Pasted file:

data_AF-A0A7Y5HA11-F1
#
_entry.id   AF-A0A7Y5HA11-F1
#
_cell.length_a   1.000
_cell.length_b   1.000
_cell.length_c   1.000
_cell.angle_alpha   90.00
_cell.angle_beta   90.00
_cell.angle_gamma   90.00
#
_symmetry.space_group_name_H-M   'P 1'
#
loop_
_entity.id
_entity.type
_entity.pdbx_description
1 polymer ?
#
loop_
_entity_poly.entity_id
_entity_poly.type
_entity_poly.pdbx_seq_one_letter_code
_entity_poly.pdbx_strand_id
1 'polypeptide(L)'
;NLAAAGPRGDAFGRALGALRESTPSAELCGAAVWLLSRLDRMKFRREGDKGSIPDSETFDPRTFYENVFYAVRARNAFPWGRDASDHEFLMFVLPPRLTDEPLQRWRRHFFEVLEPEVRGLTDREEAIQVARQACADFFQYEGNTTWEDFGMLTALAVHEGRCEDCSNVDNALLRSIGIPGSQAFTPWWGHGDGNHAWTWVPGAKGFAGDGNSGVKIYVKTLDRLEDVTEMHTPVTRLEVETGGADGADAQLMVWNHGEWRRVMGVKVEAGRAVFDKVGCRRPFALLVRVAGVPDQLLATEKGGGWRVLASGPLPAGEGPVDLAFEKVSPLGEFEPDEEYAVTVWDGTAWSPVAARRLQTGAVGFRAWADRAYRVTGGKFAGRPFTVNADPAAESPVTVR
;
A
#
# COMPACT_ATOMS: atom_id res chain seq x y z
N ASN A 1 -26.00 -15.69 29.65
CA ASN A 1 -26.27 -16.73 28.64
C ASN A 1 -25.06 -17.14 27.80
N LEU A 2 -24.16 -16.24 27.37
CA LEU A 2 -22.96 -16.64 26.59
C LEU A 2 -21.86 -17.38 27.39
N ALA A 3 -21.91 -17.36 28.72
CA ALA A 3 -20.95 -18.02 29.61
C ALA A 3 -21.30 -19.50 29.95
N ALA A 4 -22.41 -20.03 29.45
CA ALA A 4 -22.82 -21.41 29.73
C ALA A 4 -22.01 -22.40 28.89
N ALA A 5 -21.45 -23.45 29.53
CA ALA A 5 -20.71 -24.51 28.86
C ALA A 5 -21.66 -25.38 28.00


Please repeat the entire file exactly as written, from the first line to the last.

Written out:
data_AF-A0A7Y5HA11-F1
#
_entry.id   AF-A0A7Y5HA11-F1
#
_cell.length_a   1.000
_cell.length_b   1.000
_cell.length_c   1.000
_cell.angle_alpha   90.00
_cell.angle_beta   90.00
_cell.angle_gamma   90.00
#
_symmetry.space_group_name_H-M   'P 1'
#
loop_
_entity.id
_entity.type
_entity.pdbx_description
1 polymer ?
#
loop_
_entity_poly.entity_id
_entity_poly.type
_entity_poly.pdbx_seq_one_letter_code
_entity_poly.pdbx_strand_id
1 'polypeptide(L)'
;NLAAAGPRGDAFGRALGALRESTPSAELCGAAVWLLSRLDRMKFRREGDKGSIPDSETFDPRTFYENVFYAVRARNAFPWGRDASDHEFLMFVLPPRLTDEPLQRWRRHFFEVLEPEVRGLTDREEAIQVARQACADFFQYEGNTTWEDFGMLTALAVHEGRCEDCSNVDNALLRSIGIPGSQAFTPWWGHGDGNHAWTWVPGAKGFAGDGNSGVKIYVKTLDRLEDVTEMHTPVTRLEVETGGADGADAQLMVWNHGEWRRVMGVKVEAGRAVFDKVGCRRPFALLVRVAGVPDQLLATEKGGGWRVLASGPLPAGEGPVDLAFEKVSPLGEFEPDEEYAVTVWDGTAWSPVAARRLQTGAVGFRAWADRAYRVTGGKFAGRPFTVNADPAAESPVTVR
;
A
#
# COMPACT_ATOMS: atom_id res chain seq x y z
N ASN A 1 -26.00 -15.69 29.65
CA ASN A 1 -26.27 -16.73 28.64
C ASN A 1 -25.06 -17.14 27.80
N LEU A 2 -24.16 -16.24 27.37
CA LEU A 2 -22.96 -16.64 26.59
C LEU A 2 -21.86 -17.38 27.39
N ALA A 3 -21.91 -17.36 28.72
CA ALA A 3 -20.95 -18.02 29.61
C ALA A 3 -21.30 -19.50 29.95
N ALA A 4 -22.41 -20.03 29.45
CA ALA A 4 -22.82 -21.41 29.73
C ALA A 4 -22.01 -22.40 28.89
N ALA A 5 -21.45 -23.45 29.53
CA ALA A 5 -20.71 -24.51 28.86
C ALA A 5 -21.66 -25.38 28.00